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Feature of The Week: Sophie Kietzmann

November 12, 20223 min read

She discovered her queerness, her community, and found her WHY for acquiring so much skill in the field of photography. Sophie's dream is to perfect her art to be the best vehicle to reflect her perception of the world’s beauty and to hold space for all of her subjects to trust her with capturing a little glimpse of their realities. Sophie finds recognition of her own history in their struggles, aspirations and life stories.

What’s your connection to BCD?

The Bushwick Community Darkroom was one of the first places I came to when I settled in Brooklyn. It’s grunge and communal feel reminded me so much of Berlin. It’s a place I loved hanging out at even just to watch my friends work on their films. 

How have the current events and environments affected your photography?

It’s affected everything. It solidified my belief in my responsibility to create an environment for my subjects where they can be inexcusably themselves and feel empowered and seen. It’s made me even more aware of the vast difference in all of our lives and yet it’s shown me how monumentally important it is to to realize how each of our words and actions need to come from a place of solidarity for every last person in our society. 

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How does photography aid with your message?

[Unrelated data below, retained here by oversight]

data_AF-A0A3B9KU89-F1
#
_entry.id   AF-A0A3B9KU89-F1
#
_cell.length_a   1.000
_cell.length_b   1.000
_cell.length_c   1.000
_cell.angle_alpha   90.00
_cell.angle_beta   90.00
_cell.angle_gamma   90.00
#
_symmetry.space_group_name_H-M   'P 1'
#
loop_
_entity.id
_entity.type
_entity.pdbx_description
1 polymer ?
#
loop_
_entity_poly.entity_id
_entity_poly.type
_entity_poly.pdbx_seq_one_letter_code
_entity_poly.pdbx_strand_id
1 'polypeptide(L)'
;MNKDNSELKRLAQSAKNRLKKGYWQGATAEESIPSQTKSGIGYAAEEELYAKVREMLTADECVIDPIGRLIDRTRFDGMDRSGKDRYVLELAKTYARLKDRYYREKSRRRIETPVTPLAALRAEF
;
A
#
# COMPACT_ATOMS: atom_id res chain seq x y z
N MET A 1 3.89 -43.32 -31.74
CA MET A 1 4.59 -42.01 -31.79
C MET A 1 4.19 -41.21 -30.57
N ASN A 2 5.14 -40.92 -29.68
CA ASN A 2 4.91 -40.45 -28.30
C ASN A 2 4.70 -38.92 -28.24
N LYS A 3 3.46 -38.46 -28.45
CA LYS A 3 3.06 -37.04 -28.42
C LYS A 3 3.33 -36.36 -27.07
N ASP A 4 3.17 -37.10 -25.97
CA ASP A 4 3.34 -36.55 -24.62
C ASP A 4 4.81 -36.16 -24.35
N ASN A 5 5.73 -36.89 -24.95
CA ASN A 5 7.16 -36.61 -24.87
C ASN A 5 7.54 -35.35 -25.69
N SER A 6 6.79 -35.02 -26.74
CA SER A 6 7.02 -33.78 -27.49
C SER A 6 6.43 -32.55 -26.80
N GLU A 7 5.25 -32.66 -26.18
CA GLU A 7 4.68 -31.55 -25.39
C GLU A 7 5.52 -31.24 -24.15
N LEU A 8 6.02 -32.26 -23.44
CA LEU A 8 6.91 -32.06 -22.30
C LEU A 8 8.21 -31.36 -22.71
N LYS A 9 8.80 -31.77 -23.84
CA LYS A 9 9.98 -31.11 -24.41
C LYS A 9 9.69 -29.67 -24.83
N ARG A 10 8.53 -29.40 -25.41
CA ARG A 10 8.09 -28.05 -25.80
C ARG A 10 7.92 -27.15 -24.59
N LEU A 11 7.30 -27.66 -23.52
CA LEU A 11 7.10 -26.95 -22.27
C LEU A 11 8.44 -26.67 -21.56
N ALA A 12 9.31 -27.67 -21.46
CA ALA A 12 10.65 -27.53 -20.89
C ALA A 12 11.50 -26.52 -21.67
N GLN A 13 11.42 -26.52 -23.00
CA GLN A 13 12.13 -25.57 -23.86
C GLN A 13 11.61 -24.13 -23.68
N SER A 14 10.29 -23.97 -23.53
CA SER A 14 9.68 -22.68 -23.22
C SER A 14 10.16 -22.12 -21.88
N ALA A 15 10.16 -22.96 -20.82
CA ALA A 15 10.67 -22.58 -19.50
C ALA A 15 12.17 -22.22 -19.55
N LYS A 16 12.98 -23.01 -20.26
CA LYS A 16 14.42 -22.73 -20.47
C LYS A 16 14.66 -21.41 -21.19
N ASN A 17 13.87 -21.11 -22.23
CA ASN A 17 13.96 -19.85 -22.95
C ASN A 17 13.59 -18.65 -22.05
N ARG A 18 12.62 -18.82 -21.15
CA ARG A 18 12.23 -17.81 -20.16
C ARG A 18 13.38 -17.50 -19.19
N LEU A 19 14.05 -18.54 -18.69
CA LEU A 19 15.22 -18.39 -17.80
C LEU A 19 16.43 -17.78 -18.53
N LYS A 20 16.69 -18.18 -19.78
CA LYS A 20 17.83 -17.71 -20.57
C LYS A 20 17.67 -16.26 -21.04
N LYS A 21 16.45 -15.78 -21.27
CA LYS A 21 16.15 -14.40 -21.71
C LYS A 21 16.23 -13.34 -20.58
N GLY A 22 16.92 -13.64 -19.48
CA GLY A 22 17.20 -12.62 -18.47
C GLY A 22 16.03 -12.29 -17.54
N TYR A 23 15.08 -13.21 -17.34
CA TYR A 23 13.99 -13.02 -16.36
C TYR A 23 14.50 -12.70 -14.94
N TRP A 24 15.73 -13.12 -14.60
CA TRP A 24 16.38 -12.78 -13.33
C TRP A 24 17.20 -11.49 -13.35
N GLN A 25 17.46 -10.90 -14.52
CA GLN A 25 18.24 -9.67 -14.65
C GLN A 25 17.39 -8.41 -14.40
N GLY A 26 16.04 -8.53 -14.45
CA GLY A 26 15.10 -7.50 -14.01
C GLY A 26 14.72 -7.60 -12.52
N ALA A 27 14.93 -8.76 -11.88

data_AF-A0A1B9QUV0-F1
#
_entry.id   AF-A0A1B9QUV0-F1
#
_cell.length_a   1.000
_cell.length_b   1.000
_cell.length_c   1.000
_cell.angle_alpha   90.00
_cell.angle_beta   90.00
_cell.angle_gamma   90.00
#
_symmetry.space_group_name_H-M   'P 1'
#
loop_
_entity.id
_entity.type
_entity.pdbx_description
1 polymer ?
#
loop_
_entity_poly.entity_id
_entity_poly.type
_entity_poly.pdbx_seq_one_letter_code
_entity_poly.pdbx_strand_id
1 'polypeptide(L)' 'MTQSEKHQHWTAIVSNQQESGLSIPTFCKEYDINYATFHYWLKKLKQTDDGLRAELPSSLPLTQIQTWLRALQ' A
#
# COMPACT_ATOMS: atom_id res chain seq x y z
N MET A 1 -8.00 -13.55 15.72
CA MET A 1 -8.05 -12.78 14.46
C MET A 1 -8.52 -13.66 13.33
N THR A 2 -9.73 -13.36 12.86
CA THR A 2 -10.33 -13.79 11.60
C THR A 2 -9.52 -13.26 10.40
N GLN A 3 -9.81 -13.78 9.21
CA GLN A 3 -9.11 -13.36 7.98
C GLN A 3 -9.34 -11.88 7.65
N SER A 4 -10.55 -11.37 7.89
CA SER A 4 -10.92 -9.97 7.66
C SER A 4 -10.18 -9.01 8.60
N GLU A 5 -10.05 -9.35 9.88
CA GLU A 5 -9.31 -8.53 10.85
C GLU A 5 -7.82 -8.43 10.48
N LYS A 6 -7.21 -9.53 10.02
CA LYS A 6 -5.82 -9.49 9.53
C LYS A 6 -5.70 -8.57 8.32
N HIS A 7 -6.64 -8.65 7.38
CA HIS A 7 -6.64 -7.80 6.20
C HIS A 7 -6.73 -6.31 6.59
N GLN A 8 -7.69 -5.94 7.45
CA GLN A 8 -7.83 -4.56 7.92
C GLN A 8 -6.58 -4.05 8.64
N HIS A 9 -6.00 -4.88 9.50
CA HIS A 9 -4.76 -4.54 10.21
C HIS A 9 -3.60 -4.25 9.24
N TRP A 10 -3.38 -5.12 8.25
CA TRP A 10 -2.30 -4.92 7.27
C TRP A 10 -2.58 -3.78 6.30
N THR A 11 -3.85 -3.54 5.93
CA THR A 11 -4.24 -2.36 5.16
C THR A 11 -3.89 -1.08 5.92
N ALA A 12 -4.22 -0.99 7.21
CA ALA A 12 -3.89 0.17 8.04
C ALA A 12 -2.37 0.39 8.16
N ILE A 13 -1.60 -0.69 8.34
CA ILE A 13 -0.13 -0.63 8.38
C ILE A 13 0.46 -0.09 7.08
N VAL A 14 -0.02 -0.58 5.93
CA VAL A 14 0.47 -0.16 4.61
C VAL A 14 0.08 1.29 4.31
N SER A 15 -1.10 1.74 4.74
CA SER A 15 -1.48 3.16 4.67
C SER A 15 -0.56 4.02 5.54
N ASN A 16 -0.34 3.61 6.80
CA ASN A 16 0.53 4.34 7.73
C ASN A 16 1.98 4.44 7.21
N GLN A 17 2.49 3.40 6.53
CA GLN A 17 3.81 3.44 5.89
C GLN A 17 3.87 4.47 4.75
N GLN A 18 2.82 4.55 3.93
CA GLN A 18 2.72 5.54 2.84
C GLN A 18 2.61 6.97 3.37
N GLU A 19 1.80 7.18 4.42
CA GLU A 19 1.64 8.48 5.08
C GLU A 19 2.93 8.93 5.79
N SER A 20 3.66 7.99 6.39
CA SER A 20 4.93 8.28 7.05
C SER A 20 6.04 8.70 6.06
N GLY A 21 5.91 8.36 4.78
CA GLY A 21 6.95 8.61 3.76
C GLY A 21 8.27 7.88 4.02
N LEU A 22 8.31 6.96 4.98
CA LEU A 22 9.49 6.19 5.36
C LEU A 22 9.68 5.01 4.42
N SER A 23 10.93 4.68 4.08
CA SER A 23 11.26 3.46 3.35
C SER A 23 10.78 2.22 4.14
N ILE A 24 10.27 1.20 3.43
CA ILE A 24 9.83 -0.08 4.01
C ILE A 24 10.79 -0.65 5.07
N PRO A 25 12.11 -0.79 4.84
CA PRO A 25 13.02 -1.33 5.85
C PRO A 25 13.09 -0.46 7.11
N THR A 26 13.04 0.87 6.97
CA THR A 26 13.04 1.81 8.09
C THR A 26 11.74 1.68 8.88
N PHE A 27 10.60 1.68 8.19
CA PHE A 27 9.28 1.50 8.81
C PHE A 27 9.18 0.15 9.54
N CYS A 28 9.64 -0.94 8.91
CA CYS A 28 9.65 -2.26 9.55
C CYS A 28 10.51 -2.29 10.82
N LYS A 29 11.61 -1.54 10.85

Every time I take a photo it encapsulates every last aspect of my life and the things I would like to advocate for. From the way I interact with my subject, the stylistic choices I have made, the art direction, an ethical post production process, every single element that affects the final image is decided in the moment I choose to push the button.

I am still discovering how vast that moment is in which I have so many ethical, creative, and conceptual decisions to make. Photography aids me to solidify all of these decisions, ethics and aesthetics. The more precise and deliberate I can be within that process the more sure I can be that my message and the message of every last person involved in this process is accurately reflected. 

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What organizations are you supporting?

It varies but some organizations I have recently supported are:

The Post Co(mmunity) - a platform and community that advocates for ethical retouching and transparency in post production.

The Emergency Release Fund - a fund that raises money to pay pre-trial detention bail for trans people from places such as Rikers Island.

“Because of systemic discrimination and criminalization that pushes them to the margins of society, trans people are less eligible for pre-trial release under existing programs. They are more likely to be assaulted in jail and less likely to get out, a lethal combination.” (From the website)

SAGE LGBTQ+ Elderly Center - make aging better for LGBT people nationwide.

The Homeless Black Trans WomenFund - a fund started for a small community of Black Trans women living on the streets of Atlanta, many of whom are also sex workers. They are now not only able to help that community, but this project has grown into a unique opportunity to alleviate the chronic homelessness that exists among Trans people in Atlanta, especially among Black & brown Trans people.

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